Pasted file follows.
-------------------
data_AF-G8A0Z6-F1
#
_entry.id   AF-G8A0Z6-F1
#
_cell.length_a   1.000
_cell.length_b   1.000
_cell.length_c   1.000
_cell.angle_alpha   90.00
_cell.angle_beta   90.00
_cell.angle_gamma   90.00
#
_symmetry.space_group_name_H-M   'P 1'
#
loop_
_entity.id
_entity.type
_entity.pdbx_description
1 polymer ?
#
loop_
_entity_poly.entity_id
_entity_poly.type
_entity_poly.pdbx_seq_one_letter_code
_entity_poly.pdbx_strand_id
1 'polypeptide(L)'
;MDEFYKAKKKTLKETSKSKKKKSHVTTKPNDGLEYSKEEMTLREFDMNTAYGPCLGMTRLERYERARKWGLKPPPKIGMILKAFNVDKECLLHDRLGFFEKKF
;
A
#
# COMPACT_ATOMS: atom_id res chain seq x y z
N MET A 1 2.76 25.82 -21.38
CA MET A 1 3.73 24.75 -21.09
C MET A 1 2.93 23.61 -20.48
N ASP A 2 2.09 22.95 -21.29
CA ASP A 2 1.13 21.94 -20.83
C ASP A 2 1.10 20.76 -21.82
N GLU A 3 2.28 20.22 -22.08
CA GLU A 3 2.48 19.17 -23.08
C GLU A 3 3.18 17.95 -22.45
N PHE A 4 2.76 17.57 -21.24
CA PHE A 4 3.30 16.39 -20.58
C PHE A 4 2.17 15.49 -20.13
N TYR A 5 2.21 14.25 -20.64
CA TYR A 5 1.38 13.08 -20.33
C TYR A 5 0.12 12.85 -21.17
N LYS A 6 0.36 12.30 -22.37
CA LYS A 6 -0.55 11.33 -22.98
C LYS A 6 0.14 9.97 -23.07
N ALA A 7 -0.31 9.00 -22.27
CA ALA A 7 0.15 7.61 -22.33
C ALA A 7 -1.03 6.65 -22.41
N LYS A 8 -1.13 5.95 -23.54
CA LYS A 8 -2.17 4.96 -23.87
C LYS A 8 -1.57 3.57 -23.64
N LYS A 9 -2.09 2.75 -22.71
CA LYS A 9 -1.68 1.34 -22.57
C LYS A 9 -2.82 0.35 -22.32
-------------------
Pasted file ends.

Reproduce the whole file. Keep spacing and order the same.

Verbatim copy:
data_AF-G8A0Z6-F1
#
_entry.id   AF-G8A0Z6-F1
#
_cell.length_a   1.000
_cell.length_b   1.000
_cell.length_c   1.000
_cell.angle_alpha   90.00
_cell.angle_beta   90.00
_cell.angle_gamma   90.00
#
_symmetry.space_group_name_H-M   'P 1'
#
loop_
_entity.id
_entity.type
_entity.pdbx_description
1 polymer ?
#
loop_
_entity_poly.entity_id
_entity_poly.type
_entity_poly.pdbx_seq_one_letter_code
_entity_poly.pdbx_strand_id
1 'polypeptide(L)'
;MDEFYKAKKKTLKETSKSKKKKSHVTTKPNDGLEYSKEEMTLREFDMNTAYGPCLGMTRLERYERARKWGLKPPPKIGMILKAFNVDKECLLHDRLGFFEKKF
;
A
#
# COMPACT_ATOMS: atom_id res chain seq x y z
N MET A 1 2.76 25.82 -21.38
CA MET A 1 3.73 24.75 -21.09
C MET A 1 2.93 23.61 -20.48
N ASP A 2 2.09 22.95 -21.29
CA ASP A 2 1.13 21.94 -20.83
C ASP A 2 1.10 20.76 -21.82
N GLU A 3 2.28 20.22 -22.08
CA GLU A 3 2.48 19.17 -23.08
C GLU A 3 3.18 17.95 -22.45
N PHE A 4 2.76 17.57 -21.24
CA PHE A 4 3.30 16.39 -20.58
C PHE A 4 2.17 15.49 -20.13
N TYR A 5 2.21 14.25 -20.64
CA TYR A 5 1.38 13.08 -20.33
C TYR A 5 0.12 12.85 -21.17
N LYS A 6 0.36 12.30 -22.37
CA LYS A 6 -0.55 11.33 -22.98
C LYS A 6 0.14 9.97 -23.07
N ALA A 7 -0.31 9.00 -22.27
CA ALA A 7 0.15 7.61 -22.33
C ALA A 7 -1.03 6.65 -22.41
N LYS A 8 -1.13 5.95 -23.54
CA LYS A 8 -2.17 4.96 -23.87
C LYS A 8 -1.57 3.57 -23.64
N LYS A 9 -2.09 2.75 -22.71
CA LYS A 9 -1.68 1.34 -22.57
C LYS A 9 -2.82 0.35 -22.32